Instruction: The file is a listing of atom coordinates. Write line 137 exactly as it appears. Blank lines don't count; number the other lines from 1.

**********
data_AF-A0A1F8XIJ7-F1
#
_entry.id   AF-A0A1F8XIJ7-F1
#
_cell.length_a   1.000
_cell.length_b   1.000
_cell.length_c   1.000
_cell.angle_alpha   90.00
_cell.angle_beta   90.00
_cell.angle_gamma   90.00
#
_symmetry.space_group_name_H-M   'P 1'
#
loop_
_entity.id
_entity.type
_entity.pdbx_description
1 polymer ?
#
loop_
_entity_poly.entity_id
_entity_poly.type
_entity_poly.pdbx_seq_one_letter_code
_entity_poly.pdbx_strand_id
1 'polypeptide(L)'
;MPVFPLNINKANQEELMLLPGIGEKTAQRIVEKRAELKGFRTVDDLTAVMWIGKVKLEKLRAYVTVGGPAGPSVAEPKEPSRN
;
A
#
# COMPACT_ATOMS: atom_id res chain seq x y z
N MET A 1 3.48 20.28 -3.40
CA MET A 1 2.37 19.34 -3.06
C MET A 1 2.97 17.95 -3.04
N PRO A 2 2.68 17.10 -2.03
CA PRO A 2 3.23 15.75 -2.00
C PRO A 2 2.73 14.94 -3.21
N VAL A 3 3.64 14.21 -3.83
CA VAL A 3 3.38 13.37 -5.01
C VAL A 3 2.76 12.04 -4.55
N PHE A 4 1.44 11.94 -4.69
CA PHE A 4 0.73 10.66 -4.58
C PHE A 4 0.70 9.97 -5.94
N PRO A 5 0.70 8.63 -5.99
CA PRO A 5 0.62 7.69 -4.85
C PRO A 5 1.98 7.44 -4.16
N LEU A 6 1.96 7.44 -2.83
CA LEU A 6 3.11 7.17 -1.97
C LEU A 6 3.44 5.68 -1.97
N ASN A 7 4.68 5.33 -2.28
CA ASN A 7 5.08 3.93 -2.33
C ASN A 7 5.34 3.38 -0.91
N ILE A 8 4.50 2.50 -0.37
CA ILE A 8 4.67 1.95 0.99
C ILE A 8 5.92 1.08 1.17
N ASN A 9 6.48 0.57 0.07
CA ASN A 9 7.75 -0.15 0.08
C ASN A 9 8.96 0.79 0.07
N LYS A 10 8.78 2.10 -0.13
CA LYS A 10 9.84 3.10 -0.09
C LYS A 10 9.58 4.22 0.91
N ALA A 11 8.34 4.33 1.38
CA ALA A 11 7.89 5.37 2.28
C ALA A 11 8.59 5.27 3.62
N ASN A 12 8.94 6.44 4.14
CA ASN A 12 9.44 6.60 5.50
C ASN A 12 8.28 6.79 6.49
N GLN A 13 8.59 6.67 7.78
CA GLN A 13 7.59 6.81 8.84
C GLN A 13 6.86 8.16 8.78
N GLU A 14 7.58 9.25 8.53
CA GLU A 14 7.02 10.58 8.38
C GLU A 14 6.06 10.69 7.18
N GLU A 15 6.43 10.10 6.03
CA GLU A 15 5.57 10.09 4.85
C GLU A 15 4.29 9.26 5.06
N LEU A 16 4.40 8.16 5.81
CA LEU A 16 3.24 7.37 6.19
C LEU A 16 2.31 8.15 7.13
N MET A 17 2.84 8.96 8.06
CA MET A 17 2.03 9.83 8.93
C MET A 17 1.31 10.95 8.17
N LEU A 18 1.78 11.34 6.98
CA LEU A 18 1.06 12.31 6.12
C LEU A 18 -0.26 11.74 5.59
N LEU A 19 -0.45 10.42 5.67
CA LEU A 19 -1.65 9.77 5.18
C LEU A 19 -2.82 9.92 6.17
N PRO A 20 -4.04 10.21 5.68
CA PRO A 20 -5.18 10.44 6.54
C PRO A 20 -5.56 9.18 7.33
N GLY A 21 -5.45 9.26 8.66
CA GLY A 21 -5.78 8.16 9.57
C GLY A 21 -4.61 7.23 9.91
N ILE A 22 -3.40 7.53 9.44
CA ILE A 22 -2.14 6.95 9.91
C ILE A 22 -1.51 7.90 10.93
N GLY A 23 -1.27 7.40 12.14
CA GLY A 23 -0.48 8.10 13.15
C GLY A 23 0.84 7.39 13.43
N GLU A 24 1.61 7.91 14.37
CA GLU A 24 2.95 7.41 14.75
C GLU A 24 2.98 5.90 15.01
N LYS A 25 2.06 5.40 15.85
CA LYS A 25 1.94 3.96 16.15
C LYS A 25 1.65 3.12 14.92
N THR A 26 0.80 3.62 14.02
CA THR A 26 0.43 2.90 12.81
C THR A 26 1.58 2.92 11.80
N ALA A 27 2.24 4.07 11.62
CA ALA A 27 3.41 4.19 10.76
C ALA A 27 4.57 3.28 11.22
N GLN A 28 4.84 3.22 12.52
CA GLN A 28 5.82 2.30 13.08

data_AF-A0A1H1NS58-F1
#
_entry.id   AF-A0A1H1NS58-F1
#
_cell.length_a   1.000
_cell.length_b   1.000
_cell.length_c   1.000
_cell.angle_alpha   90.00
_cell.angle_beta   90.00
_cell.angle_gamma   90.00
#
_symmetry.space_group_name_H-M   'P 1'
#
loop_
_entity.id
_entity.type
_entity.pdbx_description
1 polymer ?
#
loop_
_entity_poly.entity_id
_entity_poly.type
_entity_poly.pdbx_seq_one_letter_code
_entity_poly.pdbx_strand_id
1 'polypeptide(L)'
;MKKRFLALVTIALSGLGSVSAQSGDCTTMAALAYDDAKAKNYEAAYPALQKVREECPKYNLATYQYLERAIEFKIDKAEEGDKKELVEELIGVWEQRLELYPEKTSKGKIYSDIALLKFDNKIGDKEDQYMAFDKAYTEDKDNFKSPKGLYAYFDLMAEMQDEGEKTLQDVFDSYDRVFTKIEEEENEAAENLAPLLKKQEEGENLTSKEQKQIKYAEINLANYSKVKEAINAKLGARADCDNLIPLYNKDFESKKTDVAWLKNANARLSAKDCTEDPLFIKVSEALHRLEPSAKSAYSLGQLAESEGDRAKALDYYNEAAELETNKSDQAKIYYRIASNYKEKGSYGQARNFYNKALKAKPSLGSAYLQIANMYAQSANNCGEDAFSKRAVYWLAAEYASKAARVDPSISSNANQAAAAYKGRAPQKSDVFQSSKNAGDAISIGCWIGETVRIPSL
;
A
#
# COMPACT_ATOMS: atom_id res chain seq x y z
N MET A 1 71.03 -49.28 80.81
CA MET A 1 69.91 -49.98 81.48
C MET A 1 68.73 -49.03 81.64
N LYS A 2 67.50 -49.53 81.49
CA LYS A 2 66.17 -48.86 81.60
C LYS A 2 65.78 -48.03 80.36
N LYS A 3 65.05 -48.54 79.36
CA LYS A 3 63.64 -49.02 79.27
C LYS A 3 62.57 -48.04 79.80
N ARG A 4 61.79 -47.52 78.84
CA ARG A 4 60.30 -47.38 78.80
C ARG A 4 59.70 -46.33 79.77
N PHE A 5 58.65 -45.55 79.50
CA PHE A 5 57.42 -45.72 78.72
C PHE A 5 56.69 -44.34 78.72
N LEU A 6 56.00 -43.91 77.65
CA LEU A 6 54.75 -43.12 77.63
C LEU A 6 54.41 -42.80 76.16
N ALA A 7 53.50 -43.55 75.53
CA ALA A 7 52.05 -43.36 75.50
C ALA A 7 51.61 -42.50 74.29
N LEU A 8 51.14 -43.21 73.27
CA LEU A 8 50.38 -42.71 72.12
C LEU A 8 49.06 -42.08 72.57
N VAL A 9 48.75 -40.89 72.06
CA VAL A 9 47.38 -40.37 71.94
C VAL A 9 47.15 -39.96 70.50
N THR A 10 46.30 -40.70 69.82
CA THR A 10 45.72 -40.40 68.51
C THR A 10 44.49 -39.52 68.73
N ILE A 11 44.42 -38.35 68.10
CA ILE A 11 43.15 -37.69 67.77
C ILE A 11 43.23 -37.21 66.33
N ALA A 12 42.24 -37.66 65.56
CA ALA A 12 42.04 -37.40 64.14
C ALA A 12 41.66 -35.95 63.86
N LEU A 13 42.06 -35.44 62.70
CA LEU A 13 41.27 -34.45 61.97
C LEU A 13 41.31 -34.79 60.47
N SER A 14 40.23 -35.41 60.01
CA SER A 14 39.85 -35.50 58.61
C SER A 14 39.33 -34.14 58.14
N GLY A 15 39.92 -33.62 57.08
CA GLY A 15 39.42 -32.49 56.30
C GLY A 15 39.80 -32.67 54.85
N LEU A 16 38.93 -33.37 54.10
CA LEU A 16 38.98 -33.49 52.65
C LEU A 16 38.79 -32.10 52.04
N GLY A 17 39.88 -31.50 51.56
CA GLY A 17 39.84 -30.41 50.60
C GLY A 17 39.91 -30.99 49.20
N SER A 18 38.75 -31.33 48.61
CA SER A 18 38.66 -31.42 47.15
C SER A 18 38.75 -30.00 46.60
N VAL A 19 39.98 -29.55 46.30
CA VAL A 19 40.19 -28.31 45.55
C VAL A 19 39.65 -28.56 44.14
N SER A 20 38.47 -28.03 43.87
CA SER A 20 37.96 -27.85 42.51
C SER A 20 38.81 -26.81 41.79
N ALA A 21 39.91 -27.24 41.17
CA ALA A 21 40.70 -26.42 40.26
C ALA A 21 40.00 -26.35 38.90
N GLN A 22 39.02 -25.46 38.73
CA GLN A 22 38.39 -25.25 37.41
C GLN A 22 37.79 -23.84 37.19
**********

_entity_poly.pdbx_strand_id